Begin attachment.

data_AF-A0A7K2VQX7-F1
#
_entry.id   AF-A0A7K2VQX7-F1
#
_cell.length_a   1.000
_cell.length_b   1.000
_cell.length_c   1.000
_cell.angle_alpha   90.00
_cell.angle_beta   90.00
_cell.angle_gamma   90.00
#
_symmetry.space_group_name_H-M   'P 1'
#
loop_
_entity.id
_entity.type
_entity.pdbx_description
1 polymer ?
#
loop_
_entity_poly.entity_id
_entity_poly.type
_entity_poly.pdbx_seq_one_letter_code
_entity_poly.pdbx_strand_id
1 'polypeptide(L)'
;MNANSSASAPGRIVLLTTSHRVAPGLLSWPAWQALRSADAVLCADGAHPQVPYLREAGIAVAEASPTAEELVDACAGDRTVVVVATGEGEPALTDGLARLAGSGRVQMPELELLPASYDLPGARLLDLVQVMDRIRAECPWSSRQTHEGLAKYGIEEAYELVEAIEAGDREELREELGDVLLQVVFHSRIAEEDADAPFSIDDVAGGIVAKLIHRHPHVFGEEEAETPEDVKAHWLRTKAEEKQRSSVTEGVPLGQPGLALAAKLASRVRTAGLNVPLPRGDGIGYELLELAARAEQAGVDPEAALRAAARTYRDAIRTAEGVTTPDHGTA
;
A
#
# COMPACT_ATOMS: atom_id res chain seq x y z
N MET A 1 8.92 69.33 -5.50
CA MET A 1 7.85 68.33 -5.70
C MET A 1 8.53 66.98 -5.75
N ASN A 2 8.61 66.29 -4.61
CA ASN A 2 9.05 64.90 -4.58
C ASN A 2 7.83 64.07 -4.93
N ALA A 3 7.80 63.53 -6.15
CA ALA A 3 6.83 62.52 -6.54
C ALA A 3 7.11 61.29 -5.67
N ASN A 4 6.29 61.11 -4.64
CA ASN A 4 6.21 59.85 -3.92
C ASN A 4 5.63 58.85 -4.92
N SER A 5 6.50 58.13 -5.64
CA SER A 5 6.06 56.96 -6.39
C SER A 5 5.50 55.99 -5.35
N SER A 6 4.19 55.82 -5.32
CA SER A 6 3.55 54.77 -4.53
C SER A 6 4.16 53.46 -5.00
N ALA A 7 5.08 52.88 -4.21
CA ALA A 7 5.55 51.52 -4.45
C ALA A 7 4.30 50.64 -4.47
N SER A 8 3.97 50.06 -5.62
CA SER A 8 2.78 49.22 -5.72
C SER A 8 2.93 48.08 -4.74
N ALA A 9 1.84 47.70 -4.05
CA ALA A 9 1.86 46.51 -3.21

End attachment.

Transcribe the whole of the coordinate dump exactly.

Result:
data_AF-A0A7K2VQX7-F1
#
_entry.id   AF-A0A7K2VQX7-F1
#
_cell.length_a   1.000
_cell.length_b   1.000
_cell.length_c   1.000
_cell.angle_alpha   90.00
_cell.angle_beta   90.00
_cell.angle_gamma   90.00
#
_symmetry.space_group_name_H-M   'P 1'
#
loop_
_entity.id
_entity.type
_entity.pdbx_description
1 polymer ?
#
loop_
_entity_poly.entity_id
_entity_poly.type
_entity_poly.pdbx_seq_one_letter_code
_entity_poly.pdbx_strand_id
1 'polypeptide(L)'
;MNANSSASAPGRIVLLTTSHRVAPGLLSWPAWQALRSADAVLCADGAHPQVPYLREAGIAVAEASPTAEELVDACAGDRTVVVVATGEGEPALTDGLARLAGSGRVQMPELELLPASYDLPGARLLDLVQVMDRIRAECPWSSRQTHEGLAKYGIEEAYELVEAIEAGDREELREELGDVLLQVVFHSRIAEEDADAPFSIDDVAGGIVAKLIHRHPHVFGEEEAETPEDVKAHWLRTKAEEKQRSSVTEGVPLGQPGLALAAKLASRVRTAGLNVPLPRGDGIGYELLELAARAEQAGVDPEAALRAAARTYRDAIRTAEGVTTPDHGTA
;
A
#
# COMPACT_ATOMS: atom_id res chain seq x y z
N MET A 1 8.92 69.33 -5.50
CA MET A 1 7.85 68.33 -5.70
C MET A 1 8.53 66.98 -5.75
N ASN A 2 8.61 66.29 -4.61
CA ASN A 2 9.05 64.90 -4.58
C ASN A 2 7.83 64.07 -4.93
N ALA A 3 7.80 63.53 -6.15
CA ALA A 3 6.83 62.52 -6.54
C ALA A 3 7.11 61.29 -5.67
N ASN A 4 6.29 61.11 -4.64
CA ASN A 4 6.21 59.85 -3.92
C ASN A 4 5.63 58.85 -4.92
N SER A 5 6.50 58.13 -5.64
CA SER A 5 6.06 56.96 -6.39
C SER A 5 5.50 55.99 -5.35
N SER A 6 4.19 55.82 -5.32
CA SER A 6 3.55 54.77 -4.53
C SER A 6 4.16 53.46 -5.00
N ALA A 7 5.08 52.88 -4.21
CA ALA A 7 5.55 51.52 -4.45
C ALA A 7 4.30 50.64 -4.47
N SER A 8 3.97 50.06 -5.62
CA SER A 8 2.78 49.22 -5.72
C SER A 8 2.93 48.08 -4.74
N ALA A 9 1.84 47.70 -4.05
CA ALA A 9 1.86 46.51 -3.21